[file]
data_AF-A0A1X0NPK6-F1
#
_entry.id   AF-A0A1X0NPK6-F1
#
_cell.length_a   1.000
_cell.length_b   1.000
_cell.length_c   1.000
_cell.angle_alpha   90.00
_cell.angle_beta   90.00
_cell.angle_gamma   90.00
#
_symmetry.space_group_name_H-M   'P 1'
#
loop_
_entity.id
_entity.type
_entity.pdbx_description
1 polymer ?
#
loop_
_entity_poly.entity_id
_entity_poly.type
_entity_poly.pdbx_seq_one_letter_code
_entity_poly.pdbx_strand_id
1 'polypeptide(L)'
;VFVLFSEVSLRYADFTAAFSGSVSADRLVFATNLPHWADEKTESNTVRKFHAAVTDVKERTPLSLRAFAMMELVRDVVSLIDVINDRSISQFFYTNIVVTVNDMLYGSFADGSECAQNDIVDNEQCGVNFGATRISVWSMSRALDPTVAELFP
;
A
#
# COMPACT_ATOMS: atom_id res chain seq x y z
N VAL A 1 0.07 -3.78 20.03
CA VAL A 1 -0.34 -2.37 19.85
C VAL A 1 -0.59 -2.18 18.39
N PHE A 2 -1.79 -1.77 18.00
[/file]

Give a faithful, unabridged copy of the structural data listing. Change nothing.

data_AF-A0A1X0NPK6-F1
#
_entry.id   AF-A0A1X0NPK6-F1
#
_cell.length_a   1.000
_cell.length_b   1.000
_cell.length_c   1.000
_cell.angle_alpha   90.00
_cell.angle_beta   90.00
_cell.angle_gamma   90.00
#
_symmetry.space_group_name_H-M   'P 1'
#
loop_
_entity.id
_entity.type
_entity.pdbx_description
1 polymer ?
#
loop_
_entity_poly.entity_id
_entity_poly.type
_entity_poly.pdbx_seq_one_letter_code
_entity_poly.pdbx_strand_id
1 'polypeptide(L)'
;VFVLFSEVSLRYADFTAAFSGSVSADRLVFATNLPHWADEKTESNTVRKFHAAVTDVKERTPLSLRAFAMMELVRDVVSLIDVINDRSISQFFYTNIVVTVNDMLYGSFADGSECAQNDIVDNEQCGVNFGATRISVWSMSRALDPTVAELFP
;
A
#
# COMPACT_ATOMS: atom_id res chain seq x y z
N VAL A 1 0.07 -3.78 20.03
CA VAL A 1 -0.34 -2.37 19.85
C VAL A 1 -0.59 -2.18 18.39
N PHE A 2 -1.79 -1.77 18.00